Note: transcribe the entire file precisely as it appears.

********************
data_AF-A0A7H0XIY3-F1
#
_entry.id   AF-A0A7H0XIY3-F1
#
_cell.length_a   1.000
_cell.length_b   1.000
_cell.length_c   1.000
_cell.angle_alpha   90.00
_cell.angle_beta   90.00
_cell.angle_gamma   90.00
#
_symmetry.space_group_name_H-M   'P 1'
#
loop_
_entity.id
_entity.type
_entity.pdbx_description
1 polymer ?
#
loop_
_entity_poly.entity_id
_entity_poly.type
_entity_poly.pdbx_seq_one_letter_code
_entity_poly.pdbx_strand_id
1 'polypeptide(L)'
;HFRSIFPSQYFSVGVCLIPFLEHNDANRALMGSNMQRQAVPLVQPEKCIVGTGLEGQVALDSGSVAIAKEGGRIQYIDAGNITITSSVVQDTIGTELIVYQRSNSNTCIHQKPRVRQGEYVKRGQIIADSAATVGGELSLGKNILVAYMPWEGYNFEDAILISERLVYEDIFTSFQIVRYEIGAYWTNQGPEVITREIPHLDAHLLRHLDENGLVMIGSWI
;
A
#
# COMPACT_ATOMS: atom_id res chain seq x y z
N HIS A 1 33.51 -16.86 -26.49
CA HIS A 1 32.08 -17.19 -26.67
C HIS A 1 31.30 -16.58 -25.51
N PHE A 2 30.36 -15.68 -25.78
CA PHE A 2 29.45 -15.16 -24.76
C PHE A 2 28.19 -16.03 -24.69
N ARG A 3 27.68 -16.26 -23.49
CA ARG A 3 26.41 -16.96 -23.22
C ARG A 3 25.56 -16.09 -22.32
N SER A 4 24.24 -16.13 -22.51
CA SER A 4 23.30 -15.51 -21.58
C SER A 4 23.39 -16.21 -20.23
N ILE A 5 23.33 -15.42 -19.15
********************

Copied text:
data_AF-A0A7H0XIY3-F1
#
_entry.id   AF-A0A7H0XIY3-F1
#
_cell.length_a   1.000
_cell.length_b   1.000
_cell.length_c   1.000
_cell.angle_alpha   90.00
_cell.angle_beta   90.00
_cell.angle_gamma   90.00
#
_symmetry.space_group_name_H-M   'P 1'
#
loop_
_entity.id
_entity.type
_entity.pdbx_description
1 polymer ?
#
loop_
_entity_poly.entity_id
_entity_poly.type
_entity_poly.pdbx_seq_one_letter_code
_entity_poly.pdbx_strand_id
1 'polypeptide(L)'
;HFRSIFPSQYFSVGVCLIPFLEHNDANRALMGSNMQRQAVPLVQPEKCIVGTGLEGQVALDSGSVAIAKEGGRIQYIDAGNITITSSVVQDTIGTELIVYQRSNSNTCIHQKPRVRQGEYVKRGQIIADSAATVGGELSLGKNILVAYMPWEGYNFEDAILISERLVYEDIFTSFQIVRYEIGAYWTNQGPEVITREIPHLDAHLLRHLDENGLVMIGSWI
;
A
#
# COMPACT_ATOMS: atom_id res chain seq x y z
N HIS A 1 33.51 -16.86 -26.49
CA HIS A 1 32.08 -17.19 -26.67
C HIS A 1 31.30 -16.58 -25.51
N PHE A 2 30.36 -15.68 -25.78
CA PHE A 2 29.45 -15.16 -24.76
C PHE A 2 28.19 -16.03 -24.69
N ARG A 3 27.68 -16.26 -23.49
CA ARG A 3 26.41 -16.96 -23.22
C ARG A 3 25.56 -16.09 -22.32
N SER A 4 24.24 -16.13 -22.51
CA SER A 4 23.30 -15.51 -21.58
C SER A 4 23.39 -16.21 -20.23
N ILE A 5 23.33 -15.42 -19.15